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Immigrants, refugees and paths to remaining in the United States

Individuals in Florida seeking to remain permanently in the United States may be eligible to do so as either immigrants or refugees. Although both are terms for people who leave one country to live in another, they describe different situations.

Technically, an immigrant is someone who chooses to move to another country while a refugee is a person who is forced to leave their home country because their life is in danger. However, in practice, the difference between immigrants and refugees is less clear. For example, each year, many people come to the United States from countries such as Honduras or Guatemala because they are fleeing drug-related violence and gangs. These individuals are generally not considered refugees however. In general, to be considered a refugee, a person has to be directly targeted for violence.

Individuals may be targeted due to race, religion, membership in a social group, political opinions or nationality. They may seek refugee status either at the border or once they are in the country. Children now have a special status and are granted automatic hearings to find out if they are in danger rather than being deported or turned away. This is the result of a 2008 law that is part of an effort to stop child slavery.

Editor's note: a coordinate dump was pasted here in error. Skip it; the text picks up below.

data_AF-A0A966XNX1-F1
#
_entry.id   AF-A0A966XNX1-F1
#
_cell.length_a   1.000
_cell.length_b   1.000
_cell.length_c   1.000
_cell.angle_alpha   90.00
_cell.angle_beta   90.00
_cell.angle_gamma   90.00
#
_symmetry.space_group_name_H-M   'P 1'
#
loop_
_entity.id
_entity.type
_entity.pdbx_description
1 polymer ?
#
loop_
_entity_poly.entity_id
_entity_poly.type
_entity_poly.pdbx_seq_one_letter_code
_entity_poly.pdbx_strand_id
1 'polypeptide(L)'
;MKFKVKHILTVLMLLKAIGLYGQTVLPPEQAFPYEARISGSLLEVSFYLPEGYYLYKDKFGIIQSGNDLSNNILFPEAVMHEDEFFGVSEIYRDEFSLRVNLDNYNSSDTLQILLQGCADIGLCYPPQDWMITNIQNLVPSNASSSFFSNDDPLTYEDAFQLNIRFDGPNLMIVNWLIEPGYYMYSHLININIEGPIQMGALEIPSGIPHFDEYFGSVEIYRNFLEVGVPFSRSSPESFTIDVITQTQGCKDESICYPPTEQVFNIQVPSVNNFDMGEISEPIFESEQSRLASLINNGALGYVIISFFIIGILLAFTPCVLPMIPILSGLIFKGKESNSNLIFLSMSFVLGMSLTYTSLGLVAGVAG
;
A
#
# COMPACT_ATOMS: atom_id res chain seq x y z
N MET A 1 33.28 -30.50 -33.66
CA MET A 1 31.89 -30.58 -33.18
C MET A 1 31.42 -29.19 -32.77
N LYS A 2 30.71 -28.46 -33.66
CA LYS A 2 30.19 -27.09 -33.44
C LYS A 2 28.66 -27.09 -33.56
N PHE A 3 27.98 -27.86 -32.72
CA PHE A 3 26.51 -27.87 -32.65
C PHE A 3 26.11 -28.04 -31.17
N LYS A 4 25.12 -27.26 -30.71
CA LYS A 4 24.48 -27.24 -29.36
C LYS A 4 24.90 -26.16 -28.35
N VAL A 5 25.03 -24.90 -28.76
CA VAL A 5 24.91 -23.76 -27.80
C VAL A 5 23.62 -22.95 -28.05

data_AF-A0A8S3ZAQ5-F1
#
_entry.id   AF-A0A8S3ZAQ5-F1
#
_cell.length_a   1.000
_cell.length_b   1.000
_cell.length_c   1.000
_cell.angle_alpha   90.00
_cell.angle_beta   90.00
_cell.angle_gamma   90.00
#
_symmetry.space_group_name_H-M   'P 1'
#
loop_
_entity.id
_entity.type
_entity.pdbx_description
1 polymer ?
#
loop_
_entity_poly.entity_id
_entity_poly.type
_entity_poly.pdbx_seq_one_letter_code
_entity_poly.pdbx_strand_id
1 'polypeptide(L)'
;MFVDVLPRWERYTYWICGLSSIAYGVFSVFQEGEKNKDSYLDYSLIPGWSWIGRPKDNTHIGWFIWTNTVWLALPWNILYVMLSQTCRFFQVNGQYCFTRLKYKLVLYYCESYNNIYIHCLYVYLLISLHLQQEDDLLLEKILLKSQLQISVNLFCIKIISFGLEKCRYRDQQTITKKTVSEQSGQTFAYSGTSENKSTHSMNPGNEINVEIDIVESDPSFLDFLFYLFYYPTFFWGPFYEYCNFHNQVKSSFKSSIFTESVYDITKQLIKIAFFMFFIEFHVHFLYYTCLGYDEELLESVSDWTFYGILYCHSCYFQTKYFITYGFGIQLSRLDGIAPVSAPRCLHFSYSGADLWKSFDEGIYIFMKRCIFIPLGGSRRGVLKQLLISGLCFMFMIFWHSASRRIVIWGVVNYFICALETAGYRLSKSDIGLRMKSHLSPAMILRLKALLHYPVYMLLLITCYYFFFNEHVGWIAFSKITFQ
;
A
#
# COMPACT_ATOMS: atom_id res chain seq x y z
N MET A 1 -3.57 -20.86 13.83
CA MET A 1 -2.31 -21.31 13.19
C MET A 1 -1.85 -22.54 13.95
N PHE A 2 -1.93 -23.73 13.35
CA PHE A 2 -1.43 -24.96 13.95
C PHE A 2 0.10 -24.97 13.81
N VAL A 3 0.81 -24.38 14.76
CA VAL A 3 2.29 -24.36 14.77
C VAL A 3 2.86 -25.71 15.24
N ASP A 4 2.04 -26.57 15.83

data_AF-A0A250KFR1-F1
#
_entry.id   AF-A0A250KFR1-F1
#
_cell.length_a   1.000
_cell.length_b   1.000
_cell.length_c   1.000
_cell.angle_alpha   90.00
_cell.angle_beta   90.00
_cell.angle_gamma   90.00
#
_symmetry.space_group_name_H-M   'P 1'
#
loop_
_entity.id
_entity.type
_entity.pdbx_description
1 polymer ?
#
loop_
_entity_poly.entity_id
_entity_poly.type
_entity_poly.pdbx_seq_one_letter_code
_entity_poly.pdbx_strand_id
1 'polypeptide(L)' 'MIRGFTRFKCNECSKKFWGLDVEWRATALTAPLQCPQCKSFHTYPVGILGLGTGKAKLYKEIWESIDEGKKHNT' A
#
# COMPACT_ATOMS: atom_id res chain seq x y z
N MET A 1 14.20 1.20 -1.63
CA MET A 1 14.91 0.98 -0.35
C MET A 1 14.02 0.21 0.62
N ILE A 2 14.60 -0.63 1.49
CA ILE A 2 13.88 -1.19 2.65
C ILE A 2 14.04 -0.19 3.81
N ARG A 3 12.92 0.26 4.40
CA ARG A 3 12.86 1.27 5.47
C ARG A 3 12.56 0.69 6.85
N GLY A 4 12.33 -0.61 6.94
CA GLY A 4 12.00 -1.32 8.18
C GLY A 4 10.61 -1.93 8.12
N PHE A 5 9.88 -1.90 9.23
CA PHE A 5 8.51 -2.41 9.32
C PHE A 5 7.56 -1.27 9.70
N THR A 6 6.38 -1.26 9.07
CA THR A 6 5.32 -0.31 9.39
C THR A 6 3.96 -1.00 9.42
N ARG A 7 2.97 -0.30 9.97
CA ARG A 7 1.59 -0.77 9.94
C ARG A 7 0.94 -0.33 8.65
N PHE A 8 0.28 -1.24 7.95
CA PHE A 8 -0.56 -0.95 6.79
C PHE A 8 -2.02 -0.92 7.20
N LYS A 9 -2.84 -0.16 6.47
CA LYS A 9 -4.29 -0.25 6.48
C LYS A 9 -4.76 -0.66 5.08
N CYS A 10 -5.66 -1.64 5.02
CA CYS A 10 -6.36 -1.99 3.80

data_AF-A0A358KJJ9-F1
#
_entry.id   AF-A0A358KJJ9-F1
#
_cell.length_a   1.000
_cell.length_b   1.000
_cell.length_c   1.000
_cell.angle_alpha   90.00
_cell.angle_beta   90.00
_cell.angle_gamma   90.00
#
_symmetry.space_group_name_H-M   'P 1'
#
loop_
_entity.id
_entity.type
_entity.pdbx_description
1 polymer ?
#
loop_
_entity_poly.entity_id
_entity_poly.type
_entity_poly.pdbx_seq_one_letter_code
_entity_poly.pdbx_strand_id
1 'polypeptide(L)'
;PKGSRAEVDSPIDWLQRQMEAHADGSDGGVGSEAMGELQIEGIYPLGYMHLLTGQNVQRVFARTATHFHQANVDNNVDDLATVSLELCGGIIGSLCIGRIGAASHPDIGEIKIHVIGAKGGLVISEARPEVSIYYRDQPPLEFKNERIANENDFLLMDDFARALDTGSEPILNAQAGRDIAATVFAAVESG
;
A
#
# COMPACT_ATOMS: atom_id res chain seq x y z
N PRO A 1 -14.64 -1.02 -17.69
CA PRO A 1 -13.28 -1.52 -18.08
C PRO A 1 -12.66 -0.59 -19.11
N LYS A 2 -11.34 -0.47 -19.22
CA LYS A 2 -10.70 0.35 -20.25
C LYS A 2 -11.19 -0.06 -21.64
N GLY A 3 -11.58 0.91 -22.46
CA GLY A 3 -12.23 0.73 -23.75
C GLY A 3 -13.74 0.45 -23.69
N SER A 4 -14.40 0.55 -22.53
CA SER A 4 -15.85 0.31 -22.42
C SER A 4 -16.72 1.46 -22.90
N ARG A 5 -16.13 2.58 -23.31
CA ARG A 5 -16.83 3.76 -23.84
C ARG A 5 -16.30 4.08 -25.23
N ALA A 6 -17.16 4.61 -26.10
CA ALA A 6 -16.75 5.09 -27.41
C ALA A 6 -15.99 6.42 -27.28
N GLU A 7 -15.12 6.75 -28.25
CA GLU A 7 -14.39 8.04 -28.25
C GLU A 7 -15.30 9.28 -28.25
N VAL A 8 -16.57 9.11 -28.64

Immigrants and refugees who may be facing deportation or who want to find out if they are eligible to remain in the country may wish to consult with an attorney. Immigration law can be complex, and many factors determine whether a person may remain including whether they already have family members who are permanent residents. Procedures must be followed carefully so that individuals do not jeopardize their status as asylum seekers or their path to permanent residency or citizenship.

Source: KSAT, "What's the difference between immigrant and refugee?", July 15, 2014

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Our firm is a recognized leader in immigration law and litigation. We handle the spectrum from family and employment-based visas to deportation defense and immigration appeals. Founding partner Ira Kurzban authored the Immigration Law Sourcebook, widely used by immigration lawyers, judges and government officials as the authoritative field reference.

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